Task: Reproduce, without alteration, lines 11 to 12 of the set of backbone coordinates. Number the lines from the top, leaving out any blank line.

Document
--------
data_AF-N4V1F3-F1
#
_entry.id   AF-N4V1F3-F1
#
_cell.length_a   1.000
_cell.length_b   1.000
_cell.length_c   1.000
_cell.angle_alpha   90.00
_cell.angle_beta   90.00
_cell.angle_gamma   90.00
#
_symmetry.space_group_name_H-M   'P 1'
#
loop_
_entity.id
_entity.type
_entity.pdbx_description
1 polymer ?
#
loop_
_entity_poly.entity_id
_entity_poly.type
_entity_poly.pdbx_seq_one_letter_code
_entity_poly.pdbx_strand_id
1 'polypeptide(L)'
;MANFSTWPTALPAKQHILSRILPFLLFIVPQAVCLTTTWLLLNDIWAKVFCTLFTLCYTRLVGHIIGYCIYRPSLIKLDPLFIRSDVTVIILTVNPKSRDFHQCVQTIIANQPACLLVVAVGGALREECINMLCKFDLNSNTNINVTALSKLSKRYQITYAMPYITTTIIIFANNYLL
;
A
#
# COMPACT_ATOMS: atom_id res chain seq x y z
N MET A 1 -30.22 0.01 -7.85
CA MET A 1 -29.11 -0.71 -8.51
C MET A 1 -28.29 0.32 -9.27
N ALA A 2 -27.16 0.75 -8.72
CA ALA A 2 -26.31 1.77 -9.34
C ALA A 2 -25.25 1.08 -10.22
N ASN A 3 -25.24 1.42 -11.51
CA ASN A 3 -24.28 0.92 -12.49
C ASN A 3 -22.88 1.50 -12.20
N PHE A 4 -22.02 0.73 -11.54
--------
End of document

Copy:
#
_symmetry.space_group_name_H-M   'P 1'